Hongyagu Suspension Bridge, China (2017)

Slung above a 218-metre drop between two cliffs in the Hongyagu Scenic Area of northeastern China, this glass-bottomed suspension bridge was deliberately designed to have an unnerving sway.

It is made of 1,077 panels of four-centimetre-thick glass and supported by cables weighing more than 120 tonnes. Guards are positioned at either end of the 488-metre-long structure to help anyone struck with fear during the crossing get back to firm ground.

Find out more about the Hongyagu Suspension Bridge ›

Charles Kuonen Suspension Bridge by Swissrope
Photo courtesy of Swissrope

Charles Kuonen Hängebrücke, Switzerland (2017)

Swooping 494 metres across Switzerland's deepest valley is the Charles Kuonen Hängebrücke, also known as the Europe Bridge. It connects a hiking trail between two popular ski resorts, and was at one time the longest pedestrian suspension bridge in the world.

The bridge's metal deck is just 64 centimetres wide, while mesh covers the tall angled sides to avoid obstructing views of the Alpine scenery.

Find out more about the Charles Kuonen Hängebrücke ›

Zhangjiajie Grand Canyon glass bridge
Photo is by Getty Images

Zhangjiajie Grand Canyon Glass Bridge, China (2016)

The Zhangjiajie Grand Canyon Glass Bridge, designed by Tel Aviv architect Haim Dotan, is sometimes credited with starting China's fascination with glass-bottomed bridges.

When it opened in 2016, the Zhangjiajie was the world's longest glass pedestrian bridge at 430 metres. It has since been surpassed by others on this list but remains the highest included here with a vertigo-inducing 300-metre drop to the ground.

Only two weeks after its unveiling, the bridge was forced to close temporarily due to being overwhelmed by visitors.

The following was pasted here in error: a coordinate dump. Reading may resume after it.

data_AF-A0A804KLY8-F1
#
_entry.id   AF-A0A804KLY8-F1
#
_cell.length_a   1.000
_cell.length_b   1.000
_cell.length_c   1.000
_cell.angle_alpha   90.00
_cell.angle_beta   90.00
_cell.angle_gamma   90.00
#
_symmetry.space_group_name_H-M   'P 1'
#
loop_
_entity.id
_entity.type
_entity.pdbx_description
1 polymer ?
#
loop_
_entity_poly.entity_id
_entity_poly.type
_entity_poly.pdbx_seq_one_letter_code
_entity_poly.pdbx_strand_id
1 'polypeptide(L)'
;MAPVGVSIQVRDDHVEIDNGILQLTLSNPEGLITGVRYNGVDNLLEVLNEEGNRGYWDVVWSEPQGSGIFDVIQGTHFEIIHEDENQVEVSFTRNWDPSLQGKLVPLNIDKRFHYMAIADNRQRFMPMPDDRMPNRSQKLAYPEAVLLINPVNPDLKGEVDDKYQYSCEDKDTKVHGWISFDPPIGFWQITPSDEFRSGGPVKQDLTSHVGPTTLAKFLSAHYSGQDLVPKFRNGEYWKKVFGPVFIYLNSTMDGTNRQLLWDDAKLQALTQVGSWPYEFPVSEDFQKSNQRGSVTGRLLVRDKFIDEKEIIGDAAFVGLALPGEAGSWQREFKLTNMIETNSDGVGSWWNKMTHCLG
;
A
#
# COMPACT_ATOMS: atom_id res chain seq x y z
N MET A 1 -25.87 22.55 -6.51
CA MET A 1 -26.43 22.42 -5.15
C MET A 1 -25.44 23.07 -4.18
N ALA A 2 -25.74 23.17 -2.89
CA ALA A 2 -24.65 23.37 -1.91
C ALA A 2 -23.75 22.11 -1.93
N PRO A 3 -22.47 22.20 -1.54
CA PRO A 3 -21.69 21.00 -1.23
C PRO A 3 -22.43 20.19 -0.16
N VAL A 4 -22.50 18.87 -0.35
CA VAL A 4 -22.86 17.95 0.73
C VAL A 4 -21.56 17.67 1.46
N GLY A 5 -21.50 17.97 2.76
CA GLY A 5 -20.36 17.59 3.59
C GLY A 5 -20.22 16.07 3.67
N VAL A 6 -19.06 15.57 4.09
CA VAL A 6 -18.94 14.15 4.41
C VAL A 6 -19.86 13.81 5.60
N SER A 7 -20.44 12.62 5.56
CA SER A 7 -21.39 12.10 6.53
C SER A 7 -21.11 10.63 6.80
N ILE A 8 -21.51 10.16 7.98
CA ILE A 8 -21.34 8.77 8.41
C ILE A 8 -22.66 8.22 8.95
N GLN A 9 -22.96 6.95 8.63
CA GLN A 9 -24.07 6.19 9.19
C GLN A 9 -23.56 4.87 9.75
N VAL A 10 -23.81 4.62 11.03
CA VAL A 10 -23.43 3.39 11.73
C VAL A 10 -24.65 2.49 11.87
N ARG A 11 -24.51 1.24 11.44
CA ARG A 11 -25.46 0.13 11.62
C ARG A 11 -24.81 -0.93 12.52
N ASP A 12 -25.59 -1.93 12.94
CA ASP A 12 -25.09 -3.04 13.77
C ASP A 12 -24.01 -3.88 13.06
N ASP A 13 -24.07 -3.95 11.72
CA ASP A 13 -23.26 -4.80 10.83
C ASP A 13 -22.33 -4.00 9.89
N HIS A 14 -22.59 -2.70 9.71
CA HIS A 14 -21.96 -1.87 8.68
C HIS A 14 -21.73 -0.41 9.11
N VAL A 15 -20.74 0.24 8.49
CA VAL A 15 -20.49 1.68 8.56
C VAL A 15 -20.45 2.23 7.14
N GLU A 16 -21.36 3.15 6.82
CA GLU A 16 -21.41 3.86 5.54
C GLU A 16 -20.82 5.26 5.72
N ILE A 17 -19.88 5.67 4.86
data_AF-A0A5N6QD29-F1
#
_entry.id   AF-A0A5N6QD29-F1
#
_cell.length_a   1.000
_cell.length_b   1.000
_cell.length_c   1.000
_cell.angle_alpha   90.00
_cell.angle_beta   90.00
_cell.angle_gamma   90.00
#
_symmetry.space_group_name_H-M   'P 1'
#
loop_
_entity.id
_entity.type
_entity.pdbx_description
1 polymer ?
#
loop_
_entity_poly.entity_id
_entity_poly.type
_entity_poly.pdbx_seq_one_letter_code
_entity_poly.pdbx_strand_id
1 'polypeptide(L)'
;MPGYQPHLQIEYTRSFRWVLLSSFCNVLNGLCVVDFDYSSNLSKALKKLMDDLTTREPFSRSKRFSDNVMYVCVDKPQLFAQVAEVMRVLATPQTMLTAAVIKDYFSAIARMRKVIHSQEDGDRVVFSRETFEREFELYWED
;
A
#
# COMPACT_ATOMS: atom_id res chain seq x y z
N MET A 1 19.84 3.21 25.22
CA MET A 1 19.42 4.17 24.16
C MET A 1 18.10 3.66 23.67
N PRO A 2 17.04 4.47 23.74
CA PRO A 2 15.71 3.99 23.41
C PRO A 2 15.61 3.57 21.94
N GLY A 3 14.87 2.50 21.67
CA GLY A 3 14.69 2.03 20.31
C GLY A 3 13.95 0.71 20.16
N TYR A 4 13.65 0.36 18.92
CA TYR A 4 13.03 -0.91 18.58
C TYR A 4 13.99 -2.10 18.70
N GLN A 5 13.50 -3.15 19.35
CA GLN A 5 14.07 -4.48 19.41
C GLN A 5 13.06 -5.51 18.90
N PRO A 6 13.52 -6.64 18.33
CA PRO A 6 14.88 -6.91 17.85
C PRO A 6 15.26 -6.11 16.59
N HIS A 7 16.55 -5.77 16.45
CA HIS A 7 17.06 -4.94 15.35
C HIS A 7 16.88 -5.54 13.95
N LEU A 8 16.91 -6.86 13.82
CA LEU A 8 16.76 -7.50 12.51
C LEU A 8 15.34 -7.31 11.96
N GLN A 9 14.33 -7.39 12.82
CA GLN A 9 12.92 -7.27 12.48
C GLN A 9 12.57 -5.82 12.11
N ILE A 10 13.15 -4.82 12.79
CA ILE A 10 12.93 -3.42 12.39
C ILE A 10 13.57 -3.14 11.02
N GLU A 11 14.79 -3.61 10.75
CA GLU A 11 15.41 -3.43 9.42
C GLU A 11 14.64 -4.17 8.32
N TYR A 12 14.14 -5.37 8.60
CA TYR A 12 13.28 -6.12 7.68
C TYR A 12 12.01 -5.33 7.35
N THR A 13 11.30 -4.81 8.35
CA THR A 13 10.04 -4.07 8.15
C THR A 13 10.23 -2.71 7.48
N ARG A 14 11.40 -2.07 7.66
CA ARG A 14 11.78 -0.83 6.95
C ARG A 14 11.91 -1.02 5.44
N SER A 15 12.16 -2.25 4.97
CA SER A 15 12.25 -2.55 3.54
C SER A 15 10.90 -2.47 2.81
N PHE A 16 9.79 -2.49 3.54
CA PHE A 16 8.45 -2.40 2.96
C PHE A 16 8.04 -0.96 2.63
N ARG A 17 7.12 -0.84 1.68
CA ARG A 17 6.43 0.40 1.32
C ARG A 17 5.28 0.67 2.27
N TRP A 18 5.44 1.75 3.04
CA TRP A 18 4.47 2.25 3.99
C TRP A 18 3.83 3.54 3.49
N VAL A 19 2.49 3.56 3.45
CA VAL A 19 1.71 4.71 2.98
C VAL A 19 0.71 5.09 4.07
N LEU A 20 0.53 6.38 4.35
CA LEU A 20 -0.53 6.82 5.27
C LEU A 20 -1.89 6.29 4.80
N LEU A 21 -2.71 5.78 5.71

Find out more about Zhangjiajie Grand Canyon Glass Bridge ›

Nescio Bridge by Wilkinson Eyre
Photo is by Rob't Hart Fotografie

Nescio Bridge, Netherlands (2006)

London studio Wilkinson Eyre Architects designed this self-anchored curved suspension bridge in Amsterdam with help from engineering firm Arup.

The gentle slope and curve is intended to create a natural route for cyclists, but the structure forks at either end to create separate access routes for pedestrians. It is one of the very few suspension bridges in the Netherlands, where the soft ground makes anchoring cables difficult.

Find out more about the Nescio Bridge ›

Akashi Kaikyō Bridge by Satoshi Kashima

Akashi Kaikyō, Japan (1998)

Before the 1915 Çanakkale Bridge opened, the title of the world's longest suspension bridge was held by the Akashi Kaikyō, which connects the Japanese city of Kobe with Iwaya, a town on Awaji Island.

It was designed by engineer Satoshi Kashima and has a central span of 1,991 metres, with an overall length of 3,911 metres. The bridge uses more than 300,000 kilometres of steel cables to be able to withstand wind speeds of 290 kilometres per hour and earthquakes of up to 8.5 on the Richter scale.

Find out more about the Akashi Kaikyō ›